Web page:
Russian researchers armed with Shodan and Censys have identified nearly 5,000 SD-WANs with vulnerable management interfaces.
It won't surprise anyone, The Register suspects, that most of the problems the three researchers (Denis Kolegov and Antony Nikolaev of Tomsk State University, and DarkMatter's Sergey Gordeychik) discovered are down to "outdated software and insecure configuration".
In this paper at arXiv, they explained how their active and passive fingerprinting showed that vendors or users failing to update their SD-WAN applications and (usually) Linux operating systems made SD-WANs "low-hanging fruit even for a script kiddie".
Among the vendors whose systems they found accessible from the internet were all big, familiar names – Cisco, VMware, Citrix, SilverPeak, Huawei, Arista – along with another nine smaller outfits.
The researchers confined themselves to the management interface only, not touching any data plane interface (for one thing, messing around with the SD-WANs' internals would create a juicy legal jeopardy).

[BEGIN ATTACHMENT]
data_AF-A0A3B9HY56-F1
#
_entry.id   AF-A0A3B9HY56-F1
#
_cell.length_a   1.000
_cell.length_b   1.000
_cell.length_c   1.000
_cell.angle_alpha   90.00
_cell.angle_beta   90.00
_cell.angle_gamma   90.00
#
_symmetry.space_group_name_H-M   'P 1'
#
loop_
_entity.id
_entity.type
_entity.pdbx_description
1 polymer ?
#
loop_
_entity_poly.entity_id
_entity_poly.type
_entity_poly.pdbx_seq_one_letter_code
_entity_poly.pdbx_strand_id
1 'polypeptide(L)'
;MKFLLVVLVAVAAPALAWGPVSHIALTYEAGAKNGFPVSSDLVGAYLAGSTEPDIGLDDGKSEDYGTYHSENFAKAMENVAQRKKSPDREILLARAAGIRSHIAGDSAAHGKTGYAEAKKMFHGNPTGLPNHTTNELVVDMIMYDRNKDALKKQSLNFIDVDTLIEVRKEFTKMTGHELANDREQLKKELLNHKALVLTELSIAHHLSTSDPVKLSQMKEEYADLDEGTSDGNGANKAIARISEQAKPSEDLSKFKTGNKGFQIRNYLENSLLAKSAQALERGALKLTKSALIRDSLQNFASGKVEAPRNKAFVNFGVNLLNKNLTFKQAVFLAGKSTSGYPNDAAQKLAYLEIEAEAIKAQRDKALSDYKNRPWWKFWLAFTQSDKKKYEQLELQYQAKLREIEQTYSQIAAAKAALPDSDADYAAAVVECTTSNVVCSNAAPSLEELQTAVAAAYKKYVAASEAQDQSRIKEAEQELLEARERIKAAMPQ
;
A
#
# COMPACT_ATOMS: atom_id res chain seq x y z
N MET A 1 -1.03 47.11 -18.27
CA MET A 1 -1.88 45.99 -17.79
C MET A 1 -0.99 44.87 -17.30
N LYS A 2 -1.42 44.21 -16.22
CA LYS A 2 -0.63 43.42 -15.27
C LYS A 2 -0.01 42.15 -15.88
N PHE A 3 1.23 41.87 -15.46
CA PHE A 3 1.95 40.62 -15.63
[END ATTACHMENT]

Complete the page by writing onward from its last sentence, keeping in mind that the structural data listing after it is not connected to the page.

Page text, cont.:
"In general, the accessibility of management interface on the internet indicates the presence of CWE-749 weakness 'Exposed Dangerous Method or Function'," the paper stated.
Having compiled information like "operating system version, web server version, API methods, etc", the researchers could trawl vulnerability disclosures to see what should have been patched, but wasn't – and that's how they concluded that "most" were vulnerable. "Moreover, virtual appliances provided by SD-WAN vendors using cloud services (e.g. AWS Marketplace) are outdated as well," they added.
The researchers have posted their tools, NMAP scripts, Shodan queries and Censys queries at GitHub, here. ®